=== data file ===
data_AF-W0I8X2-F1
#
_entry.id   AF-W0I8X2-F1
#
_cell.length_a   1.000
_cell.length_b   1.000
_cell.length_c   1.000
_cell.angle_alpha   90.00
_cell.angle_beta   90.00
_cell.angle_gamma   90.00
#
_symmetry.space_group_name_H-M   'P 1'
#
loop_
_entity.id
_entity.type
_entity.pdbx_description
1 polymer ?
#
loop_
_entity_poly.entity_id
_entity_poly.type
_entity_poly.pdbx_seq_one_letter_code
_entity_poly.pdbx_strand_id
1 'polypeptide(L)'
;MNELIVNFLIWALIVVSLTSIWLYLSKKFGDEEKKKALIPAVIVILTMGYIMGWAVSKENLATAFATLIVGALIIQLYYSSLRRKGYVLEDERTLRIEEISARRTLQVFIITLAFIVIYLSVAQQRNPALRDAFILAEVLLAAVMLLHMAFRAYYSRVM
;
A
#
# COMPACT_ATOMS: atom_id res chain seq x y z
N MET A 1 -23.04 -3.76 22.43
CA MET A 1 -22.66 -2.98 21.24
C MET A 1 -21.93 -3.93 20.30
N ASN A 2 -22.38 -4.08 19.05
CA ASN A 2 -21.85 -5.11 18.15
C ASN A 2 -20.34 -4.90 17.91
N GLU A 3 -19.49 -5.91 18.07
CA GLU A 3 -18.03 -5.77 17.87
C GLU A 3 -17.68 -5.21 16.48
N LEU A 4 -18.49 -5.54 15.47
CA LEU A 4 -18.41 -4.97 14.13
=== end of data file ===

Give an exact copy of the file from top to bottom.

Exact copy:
data_AF-W0I8X2-F1
#
_entry.id   AF-W0I8X2-F1
#
_cell.length_a   1.000
_cell.length_b   1.000
_cell.length_c   1.000
_cell.angle_alpha   90.00
_cell.angle_beta   90.00
_cell.angle_gamma   90.00
#
_symmetry.space_group_name_H-M   'P 1'
#
loop_
_entity.id
_entity.type
_entity.pdbx_description
1 polymer ?
#
loop_
_entity_poly.entity_id
_entity_poly.type
_entity_poly.pdbx_seq_one_letter_code
_entity_poly.pdbx_strand_id
1 'polypeptide(L)'
;MNELIVNFLIWALIVVSLTSIWLYLSKKFGDEEKKKALIPAVIVILTMGYIMGWAVSKENLATAFATLIVGALIIQLYYSSLRRKGYVLEDERTLRIEEISARRTLQVFIITLAFIVIYLSVAQQRNPALRDAFILAEVLLAAVMLLHMAFRAYYSRVM
;
A
#
# COMPACT_ATOMS: atom_id res chain seq x y z
N MET A 1 -23.04 -3.76 22.43
CA MET A 1 -22.66 -2.98 21.24
C MET A 1 -21.93 -3.93 20.30
N ASN A 2 -22.38 -4.08 19.05
CA ASN A 2 -21.85 -5.11 18.15
C ASN A 2 -20.34 -4.90 17.91
N GLU A 3 -19.49 -5.91 18.07
CA GLU A 3 -18.03 -5.77 17.87
C GLU A 3 -17.68 -5.21 16.48
N LEU A 4 -18.49 -5.54 15.47
CA LEU A 4 -18.41 -4.97 14.13